Despite being Third Echelon's right hand, Sam Fisher is on a need-to-know basis and is largely kept in the dark about the exact nature of his objectives. Fortunately, he's extremely resourceful, armed or unarmed. A preliminary training scenario will familiarize you with the basics of being Sam Fisher, but you'll nevertheless need a lot of practice to become truly proficient in the role. Throughout the game, the right analog stick lets you freely move the camera, which generally works well to give you a good situational awareness but sometimes gets cramped up in tight spaces. The other controls also take getting used to but work effectively, enabling you to perform an array of maneuvers that collectively make Splinter Cell feel like a pretty believable super-spy simulation.
In true Tom Clancy fashion, your foes will consist of Russians and Chinese. Who says the Cold War's over?
In fact, aside from the pretty lighting effects, the variety of moves at Fisher's disposal is probably the highlight of Splinter Cell. Sam has something for every occasion: He can run swiftly or tiptoe carefully depending on how far you tilt the left analog stick forward. He can also move quite quickly from a crouched position, and if you tread carefully while crouching, you'll be almost invisible and almost silent. Fisher can climb ladders, chain-link fences, and more. He can rappel down walls (and kick through glass windows while doing so), climb hand over hand (or using all four limbs) across horizontal pipes, and zip across downward-slanted ropes or wires. He can put his back against a wall and lean or shoot around corners, he can peek around doors that are slightly ajar, and he can make soft landings or perform evasive rolls. Fisher can also kick off a wall in mid jump, and his coolest move (though it isn't very practical) allows him to stand in the splits atop a narrow passageway and then either shoot unsuspecting opponents or drop down to deliver a stunning blow.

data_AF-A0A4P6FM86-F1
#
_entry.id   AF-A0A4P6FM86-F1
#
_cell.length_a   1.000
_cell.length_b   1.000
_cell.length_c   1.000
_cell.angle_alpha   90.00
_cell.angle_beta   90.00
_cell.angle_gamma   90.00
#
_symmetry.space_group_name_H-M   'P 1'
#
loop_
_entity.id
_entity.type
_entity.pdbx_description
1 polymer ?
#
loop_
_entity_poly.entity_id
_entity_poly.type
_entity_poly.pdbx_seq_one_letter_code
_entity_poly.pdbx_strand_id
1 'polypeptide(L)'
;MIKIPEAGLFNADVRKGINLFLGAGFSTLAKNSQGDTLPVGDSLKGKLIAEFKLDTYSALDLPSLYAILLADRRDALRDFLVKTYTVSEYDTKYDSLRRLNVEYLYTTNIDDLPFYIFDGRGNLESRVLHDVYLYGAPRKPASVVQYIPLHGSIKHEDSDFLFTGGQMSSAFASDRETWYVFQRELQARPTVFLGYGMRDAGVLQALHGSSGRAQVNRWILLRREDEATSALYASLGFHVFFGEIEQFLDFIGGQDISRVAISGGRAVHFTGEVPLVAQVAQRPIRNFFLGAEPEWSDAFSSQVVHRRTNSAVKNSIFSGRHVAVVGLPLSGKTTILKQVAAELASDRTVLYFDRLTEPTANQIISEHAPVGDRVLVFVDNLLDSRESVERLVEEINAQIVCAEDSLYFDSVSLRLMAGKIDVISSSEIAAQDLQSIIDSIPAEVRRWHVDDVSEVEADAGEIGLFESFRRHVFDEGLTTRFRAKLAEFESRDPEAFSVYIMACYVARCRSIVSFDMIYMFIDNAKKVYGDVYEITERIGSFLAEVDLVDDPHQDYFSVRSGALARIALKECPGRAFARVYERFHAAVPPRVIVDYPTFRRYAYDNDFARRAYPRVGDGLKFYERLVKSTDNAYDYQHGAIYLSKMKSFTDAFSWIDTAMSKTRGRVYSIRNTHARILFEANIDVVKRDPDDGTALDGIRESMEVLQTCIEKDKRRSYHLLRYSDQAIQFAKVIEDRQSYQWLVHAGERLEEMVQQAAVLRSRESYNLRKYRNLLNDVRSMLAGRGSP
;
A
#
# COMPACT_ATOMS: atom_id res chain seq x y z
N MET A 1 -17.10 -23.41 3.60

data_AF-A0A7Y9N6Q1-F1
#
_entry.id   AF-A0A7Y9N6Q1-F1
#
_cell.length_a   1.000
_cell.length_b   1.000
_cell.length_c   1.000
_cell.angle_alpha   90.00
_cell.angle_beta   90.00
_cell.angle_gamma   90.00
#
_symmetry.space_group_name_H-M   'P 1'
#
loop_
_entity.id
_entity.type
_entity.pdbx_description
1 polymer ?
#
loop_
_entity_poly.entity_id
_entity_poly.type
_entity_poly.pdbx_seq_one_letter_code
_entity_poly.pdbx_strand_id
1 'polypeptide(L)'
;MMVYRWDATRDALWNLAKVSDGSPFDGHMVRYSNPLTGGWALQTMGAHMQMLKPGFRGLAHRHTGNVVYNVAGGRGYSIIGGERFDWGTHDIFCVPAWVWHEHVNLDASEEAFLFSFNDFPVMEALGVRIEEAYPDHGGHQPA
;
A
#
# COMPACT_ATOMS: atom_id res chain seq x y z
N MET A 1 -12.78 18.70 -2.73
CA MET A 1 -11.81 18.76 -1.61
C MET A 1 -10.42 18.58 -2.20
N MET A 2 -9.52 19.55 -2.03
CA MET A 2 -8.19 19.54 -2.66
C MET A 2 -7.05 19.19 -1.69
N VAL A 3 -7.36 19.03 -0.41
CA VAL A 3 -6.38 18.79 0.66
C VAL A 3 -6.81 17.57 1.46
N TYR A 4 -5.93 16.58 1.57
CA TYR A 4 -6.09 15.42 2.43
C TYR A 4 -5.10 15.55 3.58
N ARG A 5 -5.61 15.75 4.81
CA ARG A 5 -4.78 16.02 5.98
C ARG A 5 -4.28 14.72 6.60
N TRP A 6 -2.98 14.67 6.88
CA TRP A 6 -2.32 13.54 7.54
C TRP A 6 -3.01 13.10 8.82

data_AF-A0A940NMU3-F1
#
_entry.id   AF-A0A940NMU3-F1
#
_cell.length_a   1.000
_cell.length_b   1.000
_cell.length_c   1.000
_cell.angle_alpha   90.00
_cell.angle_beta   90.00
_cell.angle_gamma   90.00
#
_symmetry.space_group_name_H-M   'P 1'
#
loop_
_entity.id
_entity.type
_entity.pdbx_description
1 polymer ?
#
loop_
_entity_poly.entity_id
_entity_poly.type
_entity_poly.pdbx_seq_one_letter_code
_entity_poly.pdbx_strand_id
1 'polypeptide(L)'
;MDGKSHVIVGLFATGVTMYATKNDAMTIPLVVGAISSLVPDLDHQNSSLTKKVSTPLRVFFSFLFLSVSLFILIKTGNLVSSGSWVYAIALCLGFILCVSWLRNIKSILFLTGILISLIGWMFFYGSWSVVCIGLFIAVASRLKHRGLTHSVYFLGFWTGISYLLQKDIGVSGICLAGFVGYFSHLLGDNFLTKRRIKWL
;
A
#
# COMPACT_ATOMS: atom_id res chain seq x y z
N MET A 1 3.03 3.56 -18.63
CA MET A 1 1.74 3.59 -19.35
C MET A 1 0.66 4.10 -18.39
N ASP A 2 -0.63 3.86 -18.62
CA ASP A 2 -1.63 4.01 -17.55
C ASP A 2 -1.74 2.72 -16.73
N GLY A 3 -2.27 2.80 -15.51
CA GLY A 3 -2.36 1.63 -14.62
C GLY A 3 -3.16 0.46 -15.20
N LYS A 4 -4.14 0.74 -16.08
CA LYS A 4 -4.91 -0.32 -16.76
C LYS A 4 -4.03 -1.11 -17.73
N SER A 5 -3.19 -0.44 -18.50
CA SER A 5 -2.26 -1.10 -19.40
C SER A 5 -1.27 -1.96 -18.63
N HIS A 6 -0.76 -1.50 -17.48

Sneaking up behind an opponent allows Fisher to either knock the foe unconscious with an elbow strike or a pistol whip or grab the enemy and take him hostage. Fisher can then use the opponent as a human shield against other enemies, or in some cases interrogate him or force him to do such things as activate retinal scanners that otherwise prevent passage. He'll eventually have to dispatch his hostage one way or another, and then he can pick up and move the prone body out of sight of enemy patrols. Fortunately for you, unconscious foes will awaken only if discovered by their allies.